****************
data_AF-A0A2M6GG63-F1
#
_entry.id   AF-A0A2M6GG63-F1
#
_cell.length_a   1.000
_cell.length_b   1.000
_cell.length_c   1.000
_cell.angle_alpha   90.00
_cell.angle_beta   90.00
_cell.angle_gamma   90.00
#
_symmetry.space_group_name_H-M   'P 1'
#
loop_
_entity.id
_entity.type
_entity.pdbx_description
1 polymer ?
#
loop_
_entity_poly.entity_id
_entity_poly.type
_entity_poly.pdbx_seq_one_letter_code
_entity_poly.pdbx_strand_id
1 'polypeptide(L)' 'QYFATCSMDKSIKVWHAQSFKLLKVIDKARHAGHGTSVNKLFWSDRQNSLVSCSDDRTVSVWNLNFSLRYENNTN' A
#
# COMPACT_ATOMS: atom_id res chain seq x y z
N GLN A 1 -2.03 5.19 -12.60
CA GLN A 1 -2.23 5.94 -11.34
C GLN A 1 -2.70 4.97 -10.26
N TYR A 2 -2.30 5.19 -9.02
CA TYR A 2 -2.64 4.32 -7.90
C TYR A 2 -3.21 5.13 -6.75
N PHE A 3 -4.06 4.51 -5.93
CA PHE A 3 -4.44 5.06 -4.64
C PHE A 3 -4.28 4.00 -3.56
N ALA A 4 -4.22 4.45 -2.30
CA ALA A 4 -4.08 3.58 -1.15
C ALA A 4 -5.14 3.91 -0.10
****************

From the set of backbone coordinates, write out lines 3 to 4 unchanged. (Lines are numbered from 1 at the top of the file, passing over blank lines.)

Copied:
_entry.id   AF-A0A2M6GG63-F1
#